What happens when the tumult and the shouting dies down? What happens when, after nearly a decade of accolades and deeply appreciative audiences, you suddenly find you no longer have a contract with a multinational record company and your audiences are starting to thin out?

In the case of Luka Bloom, aka Barry Moore (younger brother of Irish folk singer Christy Moore), whose three albums for Reprise Records - Riverside (1990), The Acoustic Motorbike (1992) and Turf (1994) - were critically acclaimed around the world, you take stock, set up your own record label and quietly go back to doing what you always did. You see, "the Luka Bloom years" were one of those freaky things that sometimes happen in the record industry…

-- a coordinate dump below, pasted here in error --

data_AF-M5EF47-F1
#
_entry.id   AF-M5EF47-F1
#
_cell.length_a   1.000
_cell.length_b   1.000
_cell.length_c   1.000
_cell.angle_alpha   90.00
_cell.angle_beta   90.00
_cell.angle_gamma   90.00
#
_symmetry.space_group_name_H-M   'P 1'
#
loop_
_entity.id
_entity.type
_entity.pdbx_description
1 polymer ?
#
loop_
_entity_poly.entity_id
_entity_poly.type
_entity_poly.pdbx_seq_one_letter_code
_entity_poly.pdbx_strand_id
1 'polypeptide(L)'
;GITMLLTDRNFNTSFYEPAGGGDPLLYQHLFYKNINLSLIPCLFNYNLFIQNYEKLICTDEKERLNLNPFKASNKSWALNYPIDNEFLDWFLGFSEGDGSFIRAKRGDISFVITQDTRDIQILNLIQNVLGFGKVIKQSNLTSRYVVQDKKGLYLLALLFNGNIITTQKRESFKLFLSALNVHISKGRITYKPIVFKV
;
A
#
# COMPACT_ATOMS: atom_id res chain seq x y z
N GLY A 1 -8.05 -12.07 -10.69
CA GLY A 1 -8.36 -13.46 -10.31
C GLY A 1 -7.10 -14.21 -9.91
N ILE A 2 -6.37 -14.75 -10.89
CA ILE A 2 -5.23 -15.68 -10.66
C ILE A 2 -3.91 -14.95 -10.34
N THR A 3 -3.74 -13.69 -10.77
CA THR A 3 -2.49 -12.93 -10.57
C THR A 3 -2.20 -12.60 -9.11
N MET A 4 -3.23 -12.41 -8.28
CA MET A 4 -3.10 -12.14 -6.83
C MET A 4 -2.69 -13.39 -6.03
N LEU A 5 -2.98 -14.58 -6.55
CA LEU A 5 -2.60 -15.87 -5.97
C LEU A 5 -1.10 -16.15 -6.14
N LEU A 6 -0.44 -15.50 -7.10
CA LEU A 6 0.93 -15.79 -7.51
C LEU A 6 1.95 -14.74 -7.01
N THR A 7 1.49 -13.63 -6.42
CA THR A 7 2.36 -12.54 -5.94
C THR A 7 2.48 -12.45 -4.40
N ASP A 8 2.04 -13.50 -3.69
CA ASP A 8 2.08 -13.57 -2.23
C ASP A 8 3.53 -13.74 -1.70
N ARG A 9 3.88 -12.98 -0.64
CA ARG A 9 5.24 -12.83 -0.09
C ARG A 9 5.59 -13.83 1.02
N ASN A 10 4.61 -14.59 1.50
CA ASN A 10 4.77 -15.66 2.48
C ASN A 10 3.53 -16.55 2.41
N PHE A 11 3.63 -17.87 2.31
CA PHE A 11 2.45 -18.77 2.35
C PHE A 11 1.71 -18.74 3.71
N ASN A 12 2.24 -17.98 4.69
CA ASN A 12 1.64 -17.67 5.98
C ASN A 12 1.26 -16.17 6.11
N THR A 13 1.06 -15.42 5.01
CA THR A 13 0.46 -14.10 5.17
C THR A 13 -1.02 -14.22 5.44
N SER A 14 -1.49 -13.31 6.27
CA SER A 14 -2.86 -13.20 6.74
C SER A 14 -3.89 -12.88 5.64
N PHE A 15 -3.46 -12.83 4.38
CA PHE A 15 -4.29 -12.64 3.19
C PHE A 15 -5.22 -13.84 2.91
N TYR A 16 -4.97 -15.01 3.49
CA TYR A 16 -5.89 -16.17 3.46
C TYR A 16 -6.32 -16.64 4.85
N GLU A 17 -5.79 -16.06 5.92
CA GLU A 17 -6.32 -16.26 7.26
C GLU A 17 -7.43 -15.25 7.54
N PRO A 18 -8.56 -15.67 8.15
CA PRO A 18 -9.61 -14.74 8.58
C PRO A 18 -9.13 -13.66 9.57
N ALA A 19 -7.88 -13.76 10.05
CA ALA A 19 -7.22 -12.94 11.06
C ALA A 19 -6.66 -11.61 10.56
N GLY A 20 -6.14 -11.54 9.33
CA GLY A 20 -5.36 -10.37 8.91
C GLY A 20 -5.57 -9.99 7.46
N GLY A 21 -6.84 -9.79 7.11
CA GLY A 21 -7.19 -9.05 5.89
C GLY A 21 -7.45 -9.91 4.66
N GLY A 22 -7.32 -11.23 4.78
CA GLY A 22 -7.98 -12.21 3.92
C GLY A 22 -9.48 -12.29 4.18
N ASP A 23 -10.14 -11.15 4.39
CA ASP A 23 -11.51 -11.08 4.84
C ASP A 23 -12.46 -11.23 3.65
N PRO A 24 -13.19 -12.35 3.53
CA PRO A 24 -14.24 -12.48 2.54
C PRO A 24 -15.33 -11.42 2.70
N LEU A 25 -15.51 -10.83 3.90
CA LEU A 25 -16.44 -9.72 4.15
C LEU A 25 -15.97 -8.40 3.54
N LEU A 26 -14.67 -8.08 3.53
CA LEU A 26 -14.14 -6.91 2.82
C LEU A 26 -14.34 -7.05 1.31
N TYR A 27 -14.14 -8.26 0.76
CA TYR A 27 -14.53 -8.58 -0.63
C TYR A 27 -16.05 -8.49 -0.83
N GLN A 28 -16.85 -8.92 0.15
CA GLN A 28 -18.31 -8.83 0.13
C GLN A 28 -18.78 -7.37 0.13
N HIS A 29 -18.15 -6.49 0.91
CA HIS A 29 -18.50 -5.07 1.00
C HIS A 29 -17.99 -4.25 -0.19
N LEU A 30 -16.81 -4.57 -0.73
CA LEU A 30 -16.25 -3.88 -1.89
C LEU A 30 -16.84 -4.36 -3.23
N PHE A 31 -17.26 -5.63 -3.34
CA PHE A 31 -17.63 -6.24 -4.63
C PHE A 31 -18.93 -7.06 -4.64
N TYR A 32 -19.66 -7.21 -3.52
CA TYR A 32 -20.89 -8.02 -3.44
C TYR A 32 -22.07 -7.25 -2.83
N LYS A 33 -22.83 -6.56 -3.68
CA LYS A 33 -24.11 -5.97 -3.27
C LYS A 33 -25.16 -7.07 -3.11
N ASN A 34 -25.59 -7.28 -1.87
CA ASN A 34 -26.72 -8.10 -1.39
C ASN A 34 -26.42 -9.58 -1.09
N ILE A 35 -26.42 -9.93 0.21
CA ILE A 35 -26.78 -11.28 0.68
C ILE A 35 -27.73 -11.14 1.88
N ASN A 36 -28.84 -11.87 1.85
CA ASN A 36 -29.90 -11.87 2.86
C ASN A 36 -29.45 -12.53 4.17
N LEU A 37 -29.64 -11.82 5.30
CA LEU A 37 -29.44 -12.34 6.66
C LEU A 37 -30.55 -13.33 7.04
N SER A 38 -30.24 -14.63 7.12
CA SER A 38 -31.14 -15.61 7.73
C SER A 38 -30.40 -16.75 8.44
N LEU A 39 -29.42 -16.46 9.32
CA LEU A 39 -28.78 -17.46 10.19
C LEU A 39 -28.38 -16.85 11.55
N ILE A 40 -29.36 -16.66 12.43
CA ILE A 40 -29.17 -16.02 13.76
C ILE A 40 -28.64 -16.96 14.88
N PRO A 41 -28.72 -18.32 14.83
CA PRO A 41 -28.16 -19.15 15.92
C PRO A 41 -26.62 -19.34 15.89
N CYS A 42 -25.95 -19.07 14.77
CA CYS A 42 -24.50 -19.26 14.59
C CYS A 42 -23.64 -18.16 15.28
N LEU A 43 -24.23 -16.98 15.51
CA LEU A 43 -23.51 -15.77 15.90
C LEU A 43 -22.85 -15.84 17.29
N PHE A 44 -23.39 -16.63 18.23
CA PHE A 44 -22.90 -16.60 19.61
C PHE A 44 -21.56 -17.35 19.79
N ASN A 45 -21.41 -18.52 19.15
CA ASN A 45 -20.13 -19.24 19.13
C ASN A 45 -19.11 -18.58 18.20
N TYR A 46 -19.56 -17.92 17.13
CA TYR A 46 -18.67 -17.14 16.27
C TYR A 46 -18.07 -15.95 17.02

Luka Bloom plays at the Concert Hall tonight and the East Coast Blues and Roots Festival at Byron Bay over Easter.

Bruce Elder
www.theage.com.au


Revolver - 25 March 2002

A rovin' we will go
Goin' solo with Luka Bloom.

Luka Bloom, 46-year-old younger brother of Irish superstar, Christy Moore, chuckles at the familiarity with which he is greeted by some interviewers now. "There are about five or six people in Australia who I have these once-every-18-months chats with. I must get you guys to send me photographs."

This is actually the third interview in two years so we've got the average down to about one every eight months. But who's complaining? Not me.

Luka Bloom is as close to an adopted minstrel in the gallery as it gets without actually forcing him to take out Australian citizenship. His is a story that's always worth telling.